Far from having been threatened, not to mention killed, by web culture and new media, literature has played an essential part in the development of groundbreaking commercial web based services such as Amazon, originally established in order to sell books online. Moreover, literature has found plenty of room in second generation web-based communities and hosted services such as social-networking sites, wikis, blogs, and folksonomies, which aim to facilitate interaction, creativity, sharing and collaboration. In some cases, literature even represents the main interest which very crowded web based communities share through social network services, such as aNobii, polarizing readers from the Far East and South-Western Europe, and LibraryThing, mostly attracting readers from America, Canada, the UK and India. Such systems make it possible for readers to upload on digital platforms catalogues of books they own and to interact with other readers according to their literary interests. New paths for literary investigation seems to be emerging, since private individual libraries keep surfacing through social network services. Namely, a comparative assessment of aNobii’s and LybraryThing’s statistics supports an appraisal of World Literature as an emerging system of long-tailed digital canons uploaded by people identifying themselves as enthusiastic readers.

The Long Tail of Digital Shelves

FUKSAS, Anatole Pierre
2007

Abstract

Far from having been threatened, not to mention killed, by web culture and new media, literature has played an essential part in the development of groundbreaking commercial web based services such as Amazon, originally established in order to sell books online. Moreover, literature has found plenty of room in second generation web-based communities and hosted services such as social-networking sites, wikis, blogs, and folksonomies, which aim to facilitate interaction, creativity, sharing and collaboration. In some cases, literature even represents the main interest which very crowded web based communities share through social network services, such as aNobii, polarizing readers from the Far East and South-Western Europe, and LibraryThing, mostly attracting readers from America, Canada, the UK and India. Such systems make it possible for readers to upload on digital platforms catalogues of books they own and to interact with other readers according to their literary interests. New paths for literary investigation seems to be emerging, since private individual libraries keep surfacing through social network services. Namely, a comparative assessment of aNobii’s and LybraryThing’s statistics supports an appraisal of World Literature as an emerging system of long-tailed digital canons uploaded by people identifying themselves as enthusiastic readers.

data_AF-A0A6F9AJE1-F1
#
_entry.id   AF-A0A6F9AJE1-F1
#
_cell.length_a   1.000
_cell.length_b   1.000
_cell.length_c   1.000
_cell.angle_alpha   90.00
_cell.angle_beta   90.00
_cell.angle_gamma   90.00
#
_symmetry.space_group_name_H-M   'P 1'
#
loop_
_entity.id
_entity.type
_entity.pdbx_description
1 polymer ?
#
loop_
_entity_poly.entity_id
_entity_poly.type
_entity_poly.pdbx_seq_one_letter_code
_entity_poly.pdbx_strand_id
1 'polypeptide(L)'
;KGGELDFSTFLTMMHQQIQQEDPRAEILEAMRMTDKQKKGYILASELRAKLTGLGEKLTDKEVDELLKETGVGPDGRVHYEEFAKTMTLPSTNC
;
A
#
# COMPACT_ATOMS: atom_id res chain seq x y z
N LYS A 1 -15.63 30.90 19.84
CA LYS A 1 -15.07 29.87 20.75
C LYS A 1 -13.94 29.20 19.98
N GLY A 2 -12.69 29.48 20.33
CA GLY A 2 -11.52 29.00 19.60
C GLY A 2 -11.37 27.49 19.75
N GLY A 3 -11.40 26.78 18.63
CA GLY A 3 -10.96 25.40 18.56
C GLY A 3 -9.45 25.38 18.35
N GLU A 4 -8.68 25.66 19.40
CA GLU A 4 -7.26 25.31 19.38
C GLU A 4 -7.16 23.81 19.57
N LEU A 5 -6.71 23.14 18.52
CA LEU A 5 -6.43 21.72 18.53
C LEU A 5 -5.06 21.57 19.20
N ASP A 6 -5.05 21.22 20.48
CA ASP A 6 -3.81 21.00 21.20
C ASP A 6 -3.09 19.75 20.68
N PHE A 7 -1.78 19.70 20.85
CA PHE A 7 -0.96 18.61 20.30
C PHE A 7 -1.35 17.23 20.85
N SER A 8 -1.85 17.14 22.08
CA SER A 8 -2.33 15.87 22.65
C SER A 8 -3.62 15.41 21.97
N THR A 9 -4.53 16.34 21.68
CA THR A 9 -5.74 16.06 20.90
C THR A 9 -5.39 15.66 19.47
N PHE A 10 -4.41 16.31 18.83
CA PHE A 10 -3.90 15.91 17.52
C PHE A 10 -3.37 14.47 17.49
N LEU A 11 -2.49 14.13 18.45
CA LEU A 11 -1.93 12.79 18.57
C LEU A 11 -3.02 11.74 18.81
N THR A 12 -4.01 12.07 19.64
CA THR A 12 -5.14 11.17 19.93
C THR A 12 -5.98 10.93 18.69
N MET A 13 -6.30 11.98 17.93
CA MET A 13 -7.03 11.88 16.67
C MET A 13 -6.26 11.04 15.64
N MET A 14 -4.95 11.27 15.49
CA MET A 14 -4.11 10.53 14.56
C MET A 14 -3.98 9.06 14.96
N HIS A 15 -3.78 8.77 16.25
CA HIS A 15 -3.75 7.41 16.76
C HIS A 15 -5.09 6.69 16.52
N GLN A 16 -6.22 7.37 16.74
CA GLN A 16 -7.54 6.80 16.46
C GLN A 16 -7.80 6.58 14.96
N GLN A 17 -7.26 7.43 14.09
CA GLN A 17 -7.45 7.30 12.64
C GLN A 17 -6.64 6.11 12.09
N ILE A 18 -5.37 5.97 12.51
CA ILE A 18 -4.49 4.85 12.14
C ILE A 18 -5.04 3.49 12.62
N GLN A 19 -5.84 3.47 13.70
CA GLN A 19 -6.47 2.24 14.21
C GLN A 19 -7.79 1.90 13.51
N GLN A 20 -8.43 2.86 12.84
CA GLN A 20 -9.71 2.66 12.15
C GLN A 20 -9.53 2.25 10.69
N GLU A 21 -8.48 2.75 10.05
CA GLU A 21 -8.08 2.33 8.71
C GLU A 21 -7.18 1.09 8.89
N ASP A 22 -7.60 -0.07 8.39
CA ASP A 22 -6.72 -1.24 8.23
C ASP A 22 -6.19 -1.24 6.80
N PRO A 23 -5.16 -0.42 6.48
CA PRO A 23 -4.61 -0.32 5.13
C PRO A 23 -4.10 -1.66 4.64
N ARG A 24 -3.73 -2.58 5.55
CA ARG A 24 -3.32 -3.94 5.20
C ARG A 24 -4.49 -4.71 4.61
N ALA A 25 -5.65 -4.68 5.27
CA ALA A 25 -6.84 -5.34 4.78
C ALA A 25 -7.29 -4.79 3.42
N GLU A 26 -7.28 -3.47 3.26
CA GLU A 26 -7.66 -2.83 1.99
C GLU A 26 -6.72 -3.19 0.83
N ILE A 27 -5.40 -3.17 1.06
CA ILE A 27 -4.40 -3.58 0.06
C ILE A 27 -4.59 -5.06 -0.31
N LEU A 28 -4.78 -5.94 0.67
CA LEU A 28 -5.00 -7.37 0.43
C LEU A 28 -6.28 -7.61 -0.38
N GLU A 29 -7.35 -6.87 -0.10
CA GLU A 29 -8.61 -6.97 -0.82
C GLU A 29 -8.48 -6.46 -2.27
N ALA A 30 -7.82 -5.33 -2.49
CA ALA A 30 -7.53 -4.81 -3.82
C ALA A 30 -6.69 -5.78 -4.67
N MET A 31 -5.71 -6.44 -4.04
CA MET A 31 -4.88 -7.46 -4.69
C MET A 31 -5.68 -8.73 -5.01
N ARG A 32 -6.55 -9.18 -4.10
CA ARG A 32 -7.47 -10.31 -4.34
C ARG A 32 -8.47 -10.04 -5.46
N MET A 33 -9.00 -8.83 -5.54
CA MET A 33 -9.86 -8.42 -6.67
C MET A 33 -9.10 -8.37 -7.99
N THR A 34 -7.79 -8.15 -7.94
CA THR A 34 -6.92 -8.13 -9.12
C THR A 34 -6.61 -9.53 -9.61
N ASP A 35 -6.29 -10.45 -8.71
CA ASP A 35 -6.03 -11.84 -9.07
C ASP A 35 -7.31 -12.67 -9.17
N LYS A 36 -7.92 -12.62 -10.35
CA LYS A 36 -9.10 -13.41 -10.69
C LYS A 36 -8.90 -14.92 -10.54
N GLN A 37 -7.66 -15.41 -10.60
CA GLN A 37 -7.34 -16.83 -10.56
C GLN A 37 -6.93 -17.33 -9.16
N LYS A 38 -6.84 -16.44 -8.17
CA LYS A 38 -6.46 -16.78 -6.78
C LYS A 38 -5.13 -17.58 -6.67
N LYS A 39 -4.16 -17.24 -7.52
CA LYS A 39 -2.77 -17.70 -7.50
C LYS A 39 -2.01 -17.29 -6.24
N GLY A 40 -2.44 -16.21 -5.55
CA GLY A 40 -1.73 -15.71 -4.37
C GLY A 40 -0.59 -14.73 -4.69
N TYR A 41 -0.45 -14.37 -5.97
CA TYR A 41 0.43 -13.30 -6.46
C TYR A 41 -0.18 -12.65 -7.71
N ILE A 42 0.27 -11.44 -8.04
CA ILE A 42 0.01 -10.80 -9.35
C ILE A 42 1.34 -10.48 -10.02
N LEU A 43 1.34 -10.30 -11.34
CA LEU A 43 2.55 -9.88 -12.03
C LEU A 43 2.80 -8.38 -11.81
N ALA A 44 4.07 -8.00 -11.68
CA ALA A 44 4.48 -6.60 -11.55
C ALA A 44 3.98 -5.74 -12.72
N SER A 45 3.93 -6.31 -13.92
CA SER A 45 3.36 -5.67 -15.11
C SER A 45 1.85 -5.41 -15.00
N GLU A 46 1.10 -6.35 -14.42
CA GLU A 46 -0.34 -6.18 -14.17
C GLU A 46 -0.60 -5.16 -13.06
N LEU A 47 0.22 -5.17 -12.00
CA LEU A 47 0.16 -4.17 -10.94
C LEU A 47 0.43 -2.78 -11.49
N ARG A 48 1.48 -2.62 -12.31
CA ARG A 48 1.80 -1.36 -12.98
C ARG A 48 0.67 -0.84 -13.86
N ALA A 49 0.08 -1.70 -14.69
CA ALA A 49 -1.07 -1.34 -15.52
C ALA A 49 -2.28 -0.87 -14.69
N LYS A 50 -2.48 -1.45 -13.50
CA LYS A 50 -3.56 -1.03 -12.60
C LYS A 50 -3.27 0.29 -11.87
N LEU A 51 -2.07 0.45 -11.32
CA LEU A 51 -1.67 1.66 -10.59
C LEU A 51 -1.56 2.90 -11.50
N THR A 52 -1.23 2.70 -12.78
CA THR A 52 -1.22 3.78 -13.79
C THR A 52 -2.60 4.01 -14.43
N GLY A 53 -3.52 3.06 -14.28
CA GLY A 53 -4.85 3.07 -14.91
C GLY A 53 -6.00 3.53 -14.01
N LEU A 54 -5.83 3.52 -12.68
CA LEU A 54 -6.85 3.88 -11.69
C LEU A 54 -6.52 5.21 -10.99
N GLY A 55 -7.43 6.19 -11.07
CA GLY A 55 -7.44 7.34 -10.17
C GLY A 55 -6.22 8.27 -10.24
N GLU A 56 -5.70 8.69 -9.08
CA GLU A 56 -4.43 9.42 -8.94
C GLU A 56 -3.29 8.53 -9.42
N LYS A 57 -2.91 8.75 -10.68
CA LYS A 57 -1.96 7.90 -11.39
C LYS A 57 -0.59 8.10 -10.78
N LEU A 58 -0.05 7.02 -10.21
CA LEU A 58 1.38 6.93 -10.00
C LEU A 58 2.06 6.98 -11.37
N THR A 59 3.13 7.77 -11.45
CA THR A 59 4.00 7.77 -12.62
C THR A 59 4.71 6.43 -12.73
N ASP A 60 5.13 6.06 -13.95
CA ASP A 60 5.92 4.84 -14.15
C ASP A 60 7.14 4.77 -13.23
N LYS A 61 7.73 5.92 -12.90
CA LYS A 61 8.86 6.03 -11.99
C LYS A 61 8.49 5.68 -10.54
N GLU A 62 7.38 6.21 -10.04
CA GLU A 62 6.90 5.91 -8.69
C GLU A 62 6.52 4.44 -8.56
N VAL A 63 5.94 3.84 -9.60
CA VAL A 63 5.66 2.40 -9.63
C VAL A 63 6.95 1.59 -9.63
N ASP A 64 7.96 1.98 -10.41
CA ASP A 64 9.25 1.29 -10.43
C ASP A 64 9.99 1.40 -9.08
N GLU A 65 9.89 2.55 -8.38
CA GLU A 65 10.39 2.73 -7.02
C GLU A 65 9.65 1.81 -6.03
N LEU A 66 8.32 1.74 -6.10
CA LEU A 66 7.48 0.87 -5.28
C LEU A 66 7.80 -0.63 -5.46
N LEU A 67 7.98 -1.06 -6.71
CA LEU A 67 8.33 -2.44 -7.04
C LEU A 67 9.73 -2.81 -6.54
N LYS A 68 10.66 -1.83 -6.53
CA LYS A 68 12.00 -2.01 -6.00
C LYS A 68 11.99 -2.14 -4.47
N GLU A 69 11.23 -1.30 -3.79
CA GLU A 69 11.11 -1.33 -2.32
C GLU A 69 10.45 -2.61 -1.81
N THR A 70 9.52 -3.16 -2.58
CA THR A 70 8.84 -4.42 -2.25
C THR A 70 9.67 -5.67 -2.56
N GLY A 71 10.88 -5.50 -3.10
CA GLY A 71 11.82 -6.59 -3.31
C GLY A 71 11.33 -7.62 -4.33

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Utilizza questo identificativo per citare o creare un link a questo documento: http://hdl.handle.net/11580/10023
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